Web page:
One of the joys in life is walking into a bookstore, after being away from bookstores for a good amount of time. I can’t quite say why it is so nice, but I have always felt this way. Recently, I came across an interesting book that made me think about this puzzle. The only thing I can remember about the book is its title. I don’t even remember seeing the book – perhaps I saw it as an online recommendation or reference at the bottom of an article. But it has stuck with me, in a nagging and profound sort of subtle that has me thinking there really is something magic there.
The title of the book is 「なぜ本屋さんに行くとアイデアが生まれるなのか？」(Why is it when you go to a bookstore, ideas are born?). I don’t plan on reading it, at least not for a while. I sort of like the mystic that it provides the bookstore, and the unanswered prompt it gives me for understanding the true values of my own consumerism. That is to say, while there is certainly some connection between books and new ideas, the author clearly asks about bookstores and not other places where you can get free books, such as a friend’s house or a public library.
This makes me recall my first two-year stay in Tokyo, just after I had graduated from college. I integrated where I wanted to, but at the end of the day the nuanced stresses of culture shock led me to foster what I believe is a queer consumerism designed to help keep me grounded in a somewhat foreign land. I would go to Jimbocho, which is the famous book’s quarter and visit many shops on a regular basis. I would search for first editions of classic literature, such as Joyce or Hemmingway. I was a student working a part-time job to fund my entire stay, so I would usually just look at the dusty old tomes through glass and protective plastic, but sometimes I would buy one at a premium rate, this being Japan. Somehow it meant something to me that the books were priced so highly. I think I felt like the money was a token of respect that I could offer to dead authors – that the price valued the book more than normal.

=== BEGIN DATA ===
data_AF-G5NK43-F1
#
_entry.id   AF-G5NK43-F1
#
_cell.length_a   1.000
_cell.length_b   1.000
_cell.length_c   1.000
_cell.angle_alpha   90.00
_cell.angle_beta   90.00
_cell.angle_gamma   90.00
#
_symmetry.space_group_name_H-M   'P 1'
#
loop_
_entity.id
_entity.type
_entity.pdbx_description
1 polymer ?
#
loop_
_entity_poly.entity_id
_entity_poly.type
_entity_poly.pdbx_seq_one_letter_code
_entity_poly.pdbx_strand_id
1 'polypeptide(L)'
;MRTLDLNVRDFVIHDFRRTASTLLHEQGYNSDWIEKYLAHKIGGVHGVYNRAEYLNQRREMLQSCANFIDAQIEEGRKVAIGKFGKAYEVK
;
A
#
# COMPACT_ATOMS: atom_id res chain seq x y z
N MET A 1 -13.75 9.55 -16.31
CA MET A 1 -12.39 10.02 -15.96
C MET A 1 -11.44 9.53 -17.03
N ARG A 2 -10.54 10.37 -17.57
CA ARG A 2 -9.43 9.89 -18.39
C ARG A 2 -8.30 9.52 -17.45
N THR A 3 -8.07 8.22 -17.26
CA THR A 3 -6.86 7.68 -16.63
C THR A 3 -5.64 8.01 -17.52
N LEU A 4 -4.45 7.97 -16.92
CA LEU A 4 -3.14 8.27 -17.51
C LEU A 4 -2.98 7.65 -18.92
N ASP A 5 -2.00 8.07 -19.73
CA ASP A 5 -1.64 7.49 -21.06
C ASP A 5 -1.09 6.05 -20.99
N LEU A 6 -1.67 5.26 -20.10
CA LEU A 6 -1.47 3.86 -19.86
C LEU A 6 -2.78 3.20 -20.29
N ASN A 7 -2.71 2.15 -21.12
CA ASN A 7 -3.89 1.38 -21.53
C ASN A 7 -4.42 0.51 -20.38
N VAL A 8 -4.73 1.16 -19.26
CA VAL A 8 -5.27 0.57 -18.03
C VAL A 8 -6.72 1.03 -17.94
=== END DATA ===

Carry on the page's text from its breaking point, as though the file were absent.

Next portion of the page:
If I were to visit Japan and go back to the same bookstores today, I would be able to buy many more books than I could have before. This buying power somehow reduces the experience, and my 25-year old self wouldn’t have liked that. Although I don’t have the desire to buy many first editions nowadays, I can still understand what I was doing then. Price labels and and implicit value (positioning and presentation) are such an important part of walking into a bookstore. This is just one part of why bookstores are special places.
Last week, I walked into Pegasus Books on Solano Ave in Albany (California). I was elated to find the architect Christopher Alexander’s The Nature of Order and The Process of Life. His books are always very expensive, even used, perhaps because they are rarer. It is sort of my automatic action to search for Alexander’s books every time I enter a used bookstore. I plan to write more about his Pattern Language, and A Synthesis of Form later. But for now, I will just mention with amazon links that these books were very influential architecture books from the 70s that mesh well into programming practice, and have played a role in influencing the Gang of Four’s Design Patterns.